hyphen: minus sign
plus: plus or minus sign
lowercase x: multiplication (cross product) sign
asterisk: multiplication (dor product) sign
ampersand: and operator
pipe: or operator
exclamation point: not sign

AltGr one: roman numerals
digits 1–9: roman numerals I–IX
digit 0: roman numeral X
e and t: roman numerals XI and XII
l c d m: roman numerals L, C, D, M
shifted keys produce lowercase roman numerals
o, p, w: roman numerals for 1,000, 5,000, 10,000 (uppercase is the same)
u or U: roman numeral reversed 100 (for large numbers)

AltGr slash: fractions
digit 1: "one over" (superscript 1 with fraction slash)
digit 2: one half (½)
digit 3: three quarters (¾)
digit 4: one quarter (¼)
lowercase c: care of (c/o)
o and O: o-slash and O-slash

An earlier version was abandoned because, since it only used AltGr-space as a dead key (which I thought was kinda cool), there was very little rhyme or reason to a lot of the symbols' keystrokes. Also, the en and em dashes were available though AltGr space hyphen and AltGr space underscore, respectively; pretty inconvenient keystrokes for characters that were to some extent the reason for the keymap's existence. This version dumps the combining long and short bar overlays (AltGr hyphen and underscore in the earlier version) and the combining long and short slash overlays (AltGr backslash and slash in the earlier version), opening up better positions for the dashes. The new dead keys were mainly prompted by having some positions with no obvious symbols to associate with them, and making extended symbols somewhat more sensible was kind of a side effect. AltGr 1 is still kind of a "yeah, whatever, here's something to stick there" assignment, since there's really no point to having special roman numeral characters (except maybe the very large ones that don't correspond to regular letters).

I may remove the O-slash entries from the fraction-slash list, since I assigned them to Q. I may actually drop the slash dead key entirely and just make it the fraction slash (since it's supposed to turn adjacent numbers into a fraction anyway, so the vulgar fractions are kind of redundant). I'd only lose the care-of symbol that way, but I may be able to fit that in somewhere else.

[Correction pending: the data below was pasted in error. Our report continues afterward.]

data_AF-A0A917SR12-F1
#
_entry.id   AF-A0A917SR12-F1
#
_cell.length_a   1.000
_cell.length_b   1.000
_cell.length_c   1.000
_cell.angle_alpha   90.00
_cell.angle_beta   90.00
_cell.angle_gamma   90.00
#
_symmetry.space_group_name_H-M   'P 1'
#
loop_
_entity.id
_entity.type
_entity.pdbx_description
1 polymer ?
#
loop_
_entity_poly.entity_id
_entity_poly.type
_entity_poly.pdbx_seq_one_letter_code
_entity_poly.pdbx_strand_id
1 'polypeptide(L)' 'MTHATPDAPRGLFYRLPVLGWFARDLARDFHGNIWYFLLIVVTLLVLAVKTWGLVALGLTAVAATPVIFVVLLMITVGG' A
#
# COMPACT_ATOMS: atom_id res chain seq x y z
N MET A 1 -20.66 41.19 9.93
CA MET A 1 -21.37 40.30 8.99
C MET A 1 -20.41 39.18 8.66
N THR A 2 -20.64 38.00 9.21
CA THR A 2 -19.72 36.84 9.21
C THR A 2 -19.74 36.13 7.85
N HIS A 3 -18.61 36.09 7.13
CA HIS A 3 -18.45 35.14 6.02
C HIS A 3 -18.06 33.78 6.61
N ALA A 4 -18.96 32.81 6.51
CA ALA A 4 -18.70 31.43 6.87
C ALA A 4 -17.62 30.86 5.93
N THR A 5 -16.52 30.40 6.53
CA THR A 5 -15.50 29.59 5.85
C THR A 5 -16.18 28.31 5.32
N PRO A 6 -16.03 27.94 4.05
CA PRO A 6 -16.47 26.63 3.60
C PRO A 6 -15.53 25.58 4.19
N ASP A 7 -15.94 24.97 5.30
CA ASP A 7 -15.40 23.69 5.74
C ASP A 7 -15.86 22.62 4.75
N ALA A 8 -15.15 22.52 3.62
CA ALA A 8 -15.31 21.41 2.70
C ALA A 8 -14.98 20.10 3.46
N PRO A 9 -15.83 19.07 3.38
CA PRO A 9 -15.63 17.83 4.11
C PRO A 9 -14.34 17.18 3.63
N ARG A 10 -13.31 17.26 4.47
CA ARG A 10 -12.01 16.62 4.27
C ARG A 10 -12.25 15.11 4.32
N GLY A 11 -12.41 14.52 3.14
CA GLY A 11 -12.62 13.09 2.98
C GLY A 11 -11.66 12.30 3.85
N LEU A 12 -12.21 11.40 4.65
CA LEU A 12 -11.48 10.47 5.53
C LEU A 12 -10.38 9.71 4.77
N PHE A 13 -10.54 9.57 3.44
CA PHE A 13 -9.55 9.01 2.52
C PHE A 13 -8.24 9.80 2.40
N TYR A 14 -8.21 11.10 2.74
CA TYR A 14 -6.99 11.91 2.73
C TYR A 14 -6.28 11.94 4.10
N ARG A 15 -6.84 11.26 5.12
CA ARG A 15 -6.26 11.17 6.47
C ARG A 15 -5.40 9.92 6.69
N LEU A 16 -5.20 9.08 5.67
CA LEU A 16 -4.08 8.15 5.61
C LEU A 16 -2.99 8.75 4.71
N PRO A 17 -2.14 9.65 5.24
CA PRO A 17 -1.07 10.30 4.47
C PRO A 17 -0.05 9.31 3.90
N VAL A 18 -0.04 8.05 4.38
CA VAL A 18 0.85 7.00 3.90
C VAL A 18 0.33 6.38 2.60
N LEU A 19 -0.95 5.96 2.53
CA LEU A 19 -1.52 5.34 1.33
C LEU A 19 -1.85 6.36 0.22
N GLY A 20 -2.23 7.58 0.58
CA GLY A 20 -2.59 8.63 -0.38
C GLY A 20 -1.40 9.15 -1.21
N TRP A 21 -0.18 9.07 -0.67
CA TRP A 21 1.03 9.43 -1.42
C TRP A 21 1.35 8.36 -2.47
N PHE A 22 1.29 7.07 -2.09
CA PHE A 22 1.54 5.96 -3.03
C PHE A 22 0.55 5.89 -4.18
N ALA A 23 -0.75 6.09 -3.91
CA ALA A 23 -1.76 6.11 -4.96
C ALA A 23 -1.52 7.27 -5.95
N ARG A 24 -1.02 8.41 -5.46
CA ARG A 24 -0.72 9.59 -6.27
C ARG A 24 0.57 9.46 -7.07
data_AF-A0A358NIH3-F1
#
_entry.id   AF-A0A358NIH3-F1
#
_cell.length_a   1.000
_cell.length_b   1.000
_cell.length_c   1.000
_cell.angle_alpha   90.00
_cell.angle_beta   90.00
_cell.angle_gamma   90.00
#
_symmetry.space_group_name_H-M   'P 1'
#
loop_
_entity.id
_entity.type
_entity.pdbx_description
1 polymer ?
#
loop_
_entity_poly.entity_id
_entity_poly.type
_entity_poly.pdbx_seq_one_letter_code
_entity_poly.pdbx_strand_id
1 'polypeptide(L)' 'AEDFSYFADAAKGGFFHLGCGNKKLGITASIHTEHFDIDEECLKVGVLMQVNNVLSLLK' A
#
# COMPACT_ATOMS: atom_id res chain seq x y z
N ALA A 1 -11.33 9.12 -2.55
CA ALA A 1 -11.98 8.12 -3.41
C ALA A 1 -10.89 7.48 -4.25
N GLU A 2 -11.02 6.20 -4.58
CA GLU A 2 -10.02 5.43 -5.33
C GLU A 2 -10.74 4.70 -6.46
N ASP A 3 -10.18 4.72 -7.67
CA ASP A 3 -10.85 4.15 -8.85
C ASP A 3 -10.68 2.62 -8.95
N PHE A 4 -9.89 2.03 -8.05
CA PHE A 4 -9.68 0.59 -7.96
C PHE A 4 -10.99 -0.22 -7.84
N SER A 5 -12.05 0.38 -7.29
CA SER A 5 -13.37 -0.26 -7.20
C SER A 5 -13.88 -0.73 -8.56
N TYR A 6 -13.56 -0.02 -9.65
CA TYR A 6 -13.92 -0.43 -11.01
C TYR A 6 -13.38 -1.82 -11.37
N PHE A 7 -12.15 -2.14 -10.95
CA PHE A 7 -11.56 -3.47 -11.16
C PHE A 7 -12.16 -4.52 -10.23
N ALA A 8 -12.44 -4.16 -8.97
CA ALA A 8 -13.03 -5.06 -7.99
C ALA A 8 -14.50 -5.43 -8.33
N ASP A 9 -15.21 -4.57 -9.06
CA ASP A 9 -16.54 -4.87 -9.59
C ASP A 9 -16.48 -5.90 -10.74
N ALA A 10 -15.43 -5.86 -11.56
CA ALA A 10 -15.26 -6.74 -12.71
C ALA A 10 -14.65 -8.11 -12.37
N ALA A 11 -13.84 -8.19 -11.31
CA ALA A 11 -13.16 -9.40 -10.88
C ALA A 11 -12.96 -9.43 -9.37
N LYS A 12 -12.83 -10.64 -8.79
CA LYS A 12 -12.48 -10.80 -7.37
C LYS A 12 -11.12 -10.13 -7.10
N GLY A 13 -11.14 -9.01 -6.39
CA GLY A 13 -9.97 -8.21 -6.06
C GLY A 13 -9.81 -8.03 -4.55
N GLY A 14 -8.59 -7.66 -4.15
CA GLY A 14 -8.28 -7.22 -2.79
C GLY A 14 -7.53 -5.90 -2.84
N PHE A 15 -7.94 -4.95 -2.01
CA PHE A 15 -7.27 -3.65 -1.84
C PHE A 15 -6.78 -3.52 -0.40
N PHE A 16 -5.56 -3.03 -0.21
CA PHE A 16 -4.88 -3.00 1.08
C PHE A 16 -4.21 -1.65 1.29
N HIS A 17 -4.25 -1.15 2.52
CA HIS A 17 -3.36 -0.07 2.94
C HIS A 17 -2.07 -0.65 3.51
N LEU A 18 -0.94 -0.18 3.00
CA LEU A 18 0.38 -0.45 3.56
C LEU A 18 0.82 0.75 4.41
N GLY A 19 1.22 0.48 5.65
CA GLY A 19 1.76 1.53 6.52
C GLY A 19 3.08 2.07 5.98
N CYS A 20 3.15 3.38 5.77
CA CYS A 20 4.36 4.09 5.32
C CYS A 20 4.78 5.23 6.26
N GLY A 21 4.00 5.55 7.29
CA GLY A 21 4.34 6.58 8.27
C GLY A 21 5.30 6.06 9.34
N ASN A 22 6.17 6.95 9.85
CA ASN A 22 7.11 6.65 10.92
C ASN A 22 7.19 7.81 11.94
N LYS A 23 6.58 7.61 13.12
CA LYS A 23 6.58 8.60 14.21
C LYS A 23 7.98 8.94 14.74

One thing I've been pondering is using SGCAPS: setting it so capslock is not equivalent to shift, but is a separate shift state entirely. Letters would then not change case when capslock is on, but the keys that normally produce diacritics when AltGr is pressed would act as dead keys to produce precomposed accented characters. Since characters with combining diacritics are supposed to be interchangeable with equivalent precomposed characters, this is technically redundant, but the fact of the matter is that with current fonts and display technologies, precomposed characters tend to look better than ones that are composed on the fly. Also, it'd allow access to accented characters even when using software that only supports non-combining charsets like Latin-1 and not Unicode (a dedicated keymap like my US Latin-1 would probably be preferable in those cases though). It'd be a lot of tedious work, though (MSKLC's interface for assigning dead key combinations isn't very convenient), and I'm not sure it'd be worth it. It'd also make accidentally hitting the %$#@* capslock less likely to interfere with what you're typing (since a lot of the letters would not change), but it'd still occasionally cause problems (lowercase c would suddenly become a cedilla dead key, quotes would also be dead keys—similar to how US International confuses things) and you'd be less likely to notice that capslock is on (since there probably wouldn't be any immediate change). Something to think about, at least.

This has got to be one of the geekiest hobbies ever devised, bar none.
Tags: keyboards, keymaps